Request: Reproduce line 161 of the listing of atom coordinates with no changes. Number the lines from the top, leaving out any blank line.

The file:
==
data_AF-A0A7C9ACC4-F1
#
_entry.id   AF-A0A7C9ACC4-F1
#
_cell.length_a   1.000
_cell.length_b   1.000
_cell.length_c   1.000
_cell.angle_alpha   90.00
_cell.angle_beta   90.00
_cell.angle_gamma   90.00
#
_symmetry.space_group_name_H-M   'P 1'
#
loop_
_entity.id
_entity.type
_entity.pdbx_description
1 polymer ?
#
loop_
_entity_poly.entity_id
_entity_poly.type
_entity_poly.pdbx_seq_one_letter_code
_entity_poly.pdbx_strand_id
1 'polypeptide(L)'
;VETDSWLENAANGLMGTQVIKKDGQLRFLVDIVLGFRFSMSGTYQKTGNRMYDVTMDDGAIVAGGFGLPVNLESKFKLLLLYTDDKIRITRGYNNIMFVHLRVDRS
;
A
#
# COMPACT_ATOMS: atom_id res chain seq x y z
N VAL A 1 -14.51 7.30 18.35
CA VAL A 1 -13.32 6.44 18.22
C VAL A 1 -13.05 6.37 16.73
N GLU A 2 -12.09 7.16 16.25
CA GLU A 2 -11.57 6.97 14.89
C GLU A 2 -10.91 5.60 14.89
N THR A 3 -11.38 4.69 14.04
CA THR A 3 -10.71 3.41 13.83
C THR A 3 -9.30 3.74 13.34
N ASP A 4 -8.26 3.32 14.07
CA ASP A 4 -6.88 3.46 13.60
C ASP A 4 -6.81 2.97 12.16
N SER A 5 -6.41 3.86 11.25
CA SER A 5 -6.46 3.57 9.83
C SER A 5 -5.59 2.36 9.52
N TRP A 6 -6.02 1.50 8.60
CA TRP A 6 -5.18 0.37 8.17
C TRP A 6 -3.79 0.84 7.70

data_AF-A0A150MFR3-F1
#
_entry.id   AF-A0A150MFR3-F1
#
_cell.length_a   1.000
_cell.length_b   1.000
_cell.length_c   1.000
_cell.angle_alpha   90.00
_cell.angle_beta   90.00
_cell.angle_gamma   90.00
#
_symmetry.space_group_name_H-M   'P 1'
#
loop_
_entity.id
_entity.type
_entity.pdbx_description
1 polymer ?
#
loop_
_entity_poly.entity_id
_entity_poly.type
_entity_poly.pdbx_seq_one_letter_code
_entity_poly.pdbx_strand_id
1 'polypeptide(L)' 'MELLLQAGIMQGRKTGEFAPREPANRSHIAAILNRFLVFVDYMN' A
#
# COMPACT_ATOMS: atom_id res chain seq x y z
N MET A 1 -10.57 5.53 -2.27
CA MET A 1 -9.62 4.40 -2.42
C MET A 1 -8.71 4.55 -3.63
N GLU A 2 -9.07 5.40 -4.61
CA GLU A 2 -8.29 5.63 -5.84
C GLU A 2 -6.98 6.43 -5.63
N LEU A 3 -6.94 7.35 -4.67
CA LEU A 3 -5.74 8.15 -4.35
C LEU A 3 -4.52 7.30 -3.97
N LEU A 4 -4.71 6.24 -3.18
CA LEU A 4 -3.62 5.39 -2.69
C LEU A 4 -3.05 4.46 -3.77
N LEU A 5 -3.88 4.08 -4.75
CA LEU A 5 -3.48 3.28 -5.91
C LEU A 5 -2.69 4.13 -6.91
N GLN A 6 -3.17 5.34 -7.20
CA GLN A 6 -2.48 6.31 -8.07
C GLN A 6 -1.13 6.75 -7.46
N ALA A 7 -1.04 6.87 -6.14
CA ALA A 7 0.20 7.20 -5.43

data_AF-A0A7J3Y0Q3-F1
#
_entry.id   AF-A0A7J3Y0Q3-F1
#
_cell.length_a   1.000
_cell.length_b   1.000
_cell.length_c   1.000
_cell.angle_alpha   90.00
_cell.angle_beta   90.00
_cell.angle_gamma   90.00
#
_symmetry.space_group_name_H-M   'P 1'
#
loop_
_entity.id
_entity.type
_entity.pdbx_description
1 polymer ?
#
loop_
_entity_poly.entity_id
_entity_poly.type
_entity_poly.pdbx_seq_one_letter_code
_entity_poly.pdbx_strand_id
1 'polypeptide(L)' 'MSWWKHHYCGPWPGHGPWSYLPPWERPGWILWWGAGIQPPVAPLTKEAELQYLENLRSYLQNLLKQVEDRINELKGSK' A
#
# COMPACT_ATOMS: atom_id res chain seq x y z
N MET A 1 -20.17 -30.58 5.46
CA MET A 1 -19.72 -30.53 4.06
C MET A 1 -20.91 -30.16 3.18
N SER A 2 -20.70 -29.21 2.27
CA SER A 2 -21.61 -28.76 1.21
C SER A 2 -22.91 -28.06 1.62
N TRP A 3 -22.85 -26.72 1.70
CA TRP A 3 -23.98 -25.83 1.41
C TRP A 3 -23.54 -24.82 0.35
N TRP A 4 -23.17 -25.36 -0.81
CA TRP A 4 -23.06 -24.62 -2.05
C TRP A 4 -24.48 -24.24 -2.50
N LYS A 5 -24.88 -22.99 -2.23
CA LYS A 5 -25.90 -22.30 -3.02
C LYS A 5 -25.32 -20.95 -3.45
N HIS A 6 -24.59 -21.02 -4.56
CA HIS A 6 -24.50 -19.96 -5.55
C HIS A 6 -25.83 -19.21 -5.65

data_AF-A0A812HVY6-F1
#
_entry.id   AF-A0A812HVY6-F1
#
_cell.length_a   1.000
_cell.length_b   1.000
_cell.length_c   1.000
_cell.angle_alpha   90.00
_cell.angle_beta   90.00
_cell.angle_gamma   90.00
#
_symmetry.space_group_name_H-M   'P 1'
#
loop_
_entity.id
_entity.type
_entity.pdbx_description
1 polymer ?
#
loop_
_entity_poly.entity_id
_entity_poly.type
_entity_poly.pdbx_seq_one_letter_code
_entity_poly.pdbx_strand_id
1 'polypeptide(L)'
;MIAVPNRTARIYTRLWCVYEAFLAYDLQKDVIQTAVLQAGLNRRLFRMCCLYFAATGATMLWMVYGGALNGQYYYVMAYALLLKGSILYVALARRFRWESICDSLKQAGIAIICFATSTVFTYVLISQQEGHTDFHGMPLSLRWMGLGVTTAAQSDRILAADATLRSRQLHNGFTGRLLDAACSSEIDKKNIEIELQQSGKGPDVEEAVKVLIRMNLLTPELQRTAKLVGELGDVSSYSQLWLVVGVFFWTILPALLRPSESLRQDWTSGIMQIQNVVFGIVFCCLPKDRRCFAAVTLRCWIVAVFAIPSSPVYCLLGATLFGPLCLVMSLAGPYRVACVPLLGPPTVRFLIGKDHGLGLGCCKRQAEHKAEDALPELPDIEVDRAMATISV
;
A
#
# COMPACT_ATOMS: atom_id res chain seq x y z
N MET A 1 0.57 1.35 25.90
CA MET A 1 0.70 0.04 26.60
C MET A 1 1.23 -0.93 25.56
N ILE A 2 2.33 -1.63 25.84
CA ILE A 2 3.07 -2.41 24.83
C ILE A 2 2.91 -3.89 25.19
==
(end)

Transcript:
_entity_poly.entity_id